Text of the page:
A poem about people self-isolating at home has been shared thousands of times on Facebook and Twitter in April 2020 alongside a claim that it was written in the 19th century and reprinted during the 1918 Spanish flu pandemic. The posts, published as the world continued to endure the spread of the novel coronavirus, claim the poem is evidence that "history repeats itself". The claim is false; the poem was first published online in March 2020 by a retired teacher in the US during the novel coronavirus pandemic.
The poem was published alongside a photo of two masked women on Facebook here on April 4. The post has been shared more than 2,000 times.
The post's caption reads: "Timeless! History repeats itself. Came across this poem written in 1869, reprinted during 1919 Pandemic. It was written in 1869 by Kathleen O'Mara:".
The full poem, which is included in the caption, lists activities people can carry out at home during times of isolation. The post's caption ends by reiterating that the poem was "reprinted during the Spanish flu pandemic, 1919".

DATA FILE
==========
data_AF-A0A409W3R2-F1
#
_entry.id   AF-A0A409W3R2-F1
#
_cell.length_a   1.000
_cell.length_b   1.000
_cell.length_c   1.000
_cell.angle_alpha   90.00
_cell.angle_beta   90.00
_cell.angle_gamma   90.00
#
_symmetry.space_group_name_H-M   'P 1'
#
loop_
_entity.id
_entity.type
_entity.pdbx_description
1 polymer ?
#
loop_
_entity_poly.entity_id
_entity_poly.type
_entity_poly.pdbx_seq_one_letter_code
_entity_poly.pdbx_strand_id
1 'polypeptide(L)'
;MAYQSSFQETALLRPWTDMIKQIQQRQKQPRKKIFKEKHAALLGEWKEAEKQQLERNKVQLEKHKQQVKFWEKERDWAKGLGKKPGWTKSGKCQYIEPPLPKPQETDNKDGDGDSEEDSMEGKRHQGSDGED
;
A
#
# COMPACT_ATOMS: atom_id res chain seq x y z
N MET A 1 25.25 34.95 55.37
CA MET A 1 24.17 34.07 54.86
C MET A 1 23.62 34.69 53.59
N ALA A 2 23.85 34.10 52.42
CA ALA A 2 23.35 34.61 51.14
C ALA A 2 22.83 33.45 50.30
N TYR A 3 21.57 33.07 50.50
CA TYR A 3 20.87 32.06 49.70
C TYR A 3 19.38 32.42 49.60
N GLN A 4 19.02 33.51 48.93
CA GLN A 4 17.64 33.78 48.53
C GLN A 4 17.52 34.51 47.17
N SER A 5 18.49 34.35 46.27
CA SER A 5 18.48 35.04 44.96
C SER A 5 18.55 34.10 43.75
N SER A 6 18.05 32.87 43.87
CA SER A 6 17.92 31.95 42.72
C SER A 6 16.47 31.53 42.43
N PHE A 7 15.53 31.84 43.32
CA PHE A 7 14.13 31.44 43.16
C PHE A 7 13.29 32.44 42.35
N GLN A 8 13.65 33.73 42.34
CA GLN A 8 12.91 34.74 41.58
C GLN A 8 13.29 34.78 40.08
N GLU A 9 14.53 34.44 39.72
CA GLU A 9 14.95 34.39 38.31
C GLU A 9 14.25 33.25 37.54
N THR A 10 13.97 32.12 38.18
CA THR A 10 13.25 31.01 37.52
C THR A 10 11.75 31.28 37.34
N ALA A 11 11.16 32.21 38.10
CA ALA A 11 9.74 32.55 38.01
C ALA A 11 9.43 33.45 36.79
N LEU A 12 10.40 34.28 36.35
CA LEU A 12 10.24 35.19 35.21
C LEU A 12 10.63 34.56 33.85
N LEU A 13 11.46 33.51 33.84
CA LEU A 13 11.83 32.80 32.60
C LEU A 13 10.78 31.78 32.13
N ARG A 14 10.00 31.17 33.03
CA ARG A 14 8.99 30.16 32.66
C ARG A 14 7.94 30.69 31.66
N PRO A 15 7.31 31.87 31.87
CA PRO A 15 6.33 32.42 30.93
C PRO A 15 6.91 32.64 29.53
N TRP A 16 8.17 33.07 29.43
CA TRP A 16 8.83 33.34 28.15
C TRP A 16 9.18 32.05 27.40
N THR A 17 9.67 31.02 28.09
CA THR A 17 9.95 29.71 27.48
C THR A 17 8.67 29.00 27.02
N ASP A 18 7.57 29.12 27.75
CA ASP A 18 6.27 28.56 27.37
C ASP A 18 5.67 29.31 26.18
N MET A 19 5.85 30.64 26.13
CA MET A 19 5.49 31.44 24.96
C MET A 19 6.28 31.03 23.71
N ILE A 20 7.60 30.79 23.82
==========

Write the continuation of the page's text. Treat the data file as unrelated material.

Below is a screenshot of the misleading post:
The posts circulated online as the world continued to fight the spread of the novel coronavirus, which causes the disease COVID-19. By April 2, about half the world's entire population had been called on or obliged by authorities to stay at home, AFP reported.
But the claim about the poem's origin is false.
A keyword search found it was in fact published on a blog here on March 16, 2020 by Catherine M. O'Meara, a retired teacher in the US. It is entitled "In the Time of Pandemic".
The website notes that "Copyright of all visual and written materials on The Daily Round belongs solely to Catherine M. O'Meara, 2011-Present."
In this March 30 blog post, O'Meara addressed her poem's popularity during the ongoing coronavirus pandemic: "I have received such lovely versions of artistic collaboration with my poem, In the Time of Pandemic, and wanted to share some of this remarkable creativity and artistry with you. I so love the way artists have been inspired to augment and enhance my words with their creativity, and all for the good of us all."
"I believe the same spirit is moving through artists and we're interpreting this suffering, and fear, and anxiety in ways that are bound to echo feelings and ideas being expressed in other ways," O'Meara told O.
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